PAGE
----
The Argosaronic is formed between the east coast of Peloponnese and the west coast of Attica encompassing the peninsula of Argolida where Mycenae, one of the world’s greatest Bronze Age civilisations rose with its great citadel still inspiring awe to this day. The region comprises of two Gulfs, the Argolic and the Saronic,which include the inhabited since the Neolithic Era islands of Spetses, Hydra, Poros, Aegina, Agistri, and Salamina along with the Methana peninsula and many other smaller islands and islets.

Limited arable land led island residents turn to the sea from early on, while close proximity to each other and to neighboring coasts facilitated the development of a strong maritime tradition.

The Argosaronic Gulf, played a crucial role in the ancient world, notably hosting the pivotal Battle of Salamis in 480 BC where the outnumbered Greeks defeated the Persians during the second invasion of the latter to Greece during the Persian Wars. In late antiquity and Byzantine times, the islands faced pirate raids, prompting coastal abandonment and inland fortification.

By the 13th century, Venetian rule began, later overtaken by the Turks in the 16th century. During Greece’s War of Independence in 1821, islanders contributed significantly, particularly ship owners and captains who made their ships available for the struggle. The islands saw decline after Greece’s capital moved to Athens, but recovered post-World War II with tourism as a key economic driver.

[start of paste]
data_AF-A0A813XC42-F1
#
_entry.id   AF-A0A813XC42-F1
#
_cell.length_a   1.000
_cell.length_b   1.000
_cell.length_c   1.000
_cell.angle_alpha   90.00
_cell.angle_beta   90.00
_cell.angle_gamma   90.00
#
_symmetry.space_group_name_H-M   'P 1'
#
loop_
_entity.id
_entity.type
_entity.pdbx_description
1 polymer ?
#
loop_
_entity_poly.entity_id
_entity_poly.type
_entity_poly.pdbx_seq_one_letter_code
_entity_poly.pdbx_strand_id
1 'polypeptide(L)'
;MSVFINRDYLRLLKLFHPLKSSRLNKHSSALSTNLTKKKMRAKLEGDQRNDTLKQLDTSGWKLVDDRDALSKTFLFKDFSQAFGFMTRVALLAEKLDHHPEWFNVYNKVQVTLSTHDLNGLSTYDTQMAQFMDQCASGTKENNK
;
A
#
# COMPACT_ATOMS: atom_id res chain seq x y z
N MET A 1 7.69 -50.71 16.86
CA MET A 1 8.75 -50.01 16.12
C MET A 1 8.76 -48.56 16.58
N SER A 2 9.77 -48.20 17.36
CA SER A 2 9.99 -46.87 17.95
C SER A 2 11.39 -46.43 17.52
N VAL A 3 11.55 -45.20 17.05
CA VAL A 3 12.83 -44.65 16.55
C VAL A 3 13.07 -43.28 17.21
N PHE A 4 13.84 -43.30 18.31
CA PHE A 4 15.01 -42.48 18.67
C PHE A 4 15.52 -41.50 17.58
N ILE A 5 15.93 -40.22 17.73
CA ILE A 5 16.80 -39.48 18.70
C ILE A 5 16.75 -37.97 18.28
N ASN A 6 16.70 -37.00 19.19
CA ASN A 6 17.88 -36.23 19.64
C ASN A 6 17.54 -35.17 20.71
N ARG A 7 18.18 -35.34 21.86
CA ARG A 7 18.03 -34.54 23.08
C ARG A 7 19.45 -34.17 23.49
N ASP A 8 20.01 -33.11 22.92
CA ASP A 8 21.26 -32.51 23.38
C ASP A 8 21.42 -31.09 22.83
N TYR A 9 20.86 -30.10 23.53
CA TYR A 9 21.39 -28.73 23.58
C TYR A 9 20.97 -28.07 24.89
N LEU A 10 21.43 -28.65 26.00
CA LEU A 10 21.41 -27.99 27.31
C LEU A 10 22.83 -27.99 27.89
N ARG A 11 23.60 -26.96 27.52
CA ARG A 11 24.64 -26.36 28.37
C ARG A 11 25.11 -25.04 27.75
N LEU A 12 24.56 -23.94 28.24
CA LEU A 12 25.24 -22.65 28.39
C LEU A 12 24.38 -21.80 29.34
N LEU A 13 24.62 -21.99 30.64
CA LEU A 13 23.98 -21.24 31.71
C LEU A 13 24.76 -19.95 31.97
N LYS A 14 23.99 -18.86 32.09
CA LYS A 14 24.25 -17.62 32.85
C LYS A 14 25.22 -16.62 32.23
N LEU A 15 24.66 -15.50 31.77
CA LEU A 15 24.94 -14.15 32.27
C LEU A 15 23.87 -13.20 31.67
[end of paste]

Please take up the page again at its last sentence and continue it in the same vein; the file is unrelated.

Proximity to Piraeus port, natural beauty, archaeological sites, and vibrant cultural traditions have made the islands popular tourist destinations, fostering community growth.

Mountainous terrain plunges into the waters of the Aegean Sea, which in the heart of the gulf reach almost a kilometre deep. Around the coast, hillsides covered in forest and diverse Mediterranean shrubs are interspersed with small valleys mostly cultivated with citrus and olive orchards.

Coastal lagoons and wetlands form important fish nurseries and breeding and feeding grounds for hundreds of species of migratory birds. In the deep waters of the gulf, shoals of sardines, tuna and other species are pursued by dolphins, seals and other top marine predators.

While this incredible concentration of biodiversity is currently under pressure from a variety of human activities, there is no reason that the region’s natural capital must be sacrificed for the sake of economic development. Indeed, only by protecting the former can we ensure the latter.

We support the transition to a new age of sustainability in the region by funding programs that promote beneficial practices in several key areas:

The Argosaronic Environment Foundation supports projects in the following areas:

  • Biodiversity Conservation

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  • Fisheries and Marine Ecosystems

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  • Sustainable Resource Management

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  • Sustainable Tourism

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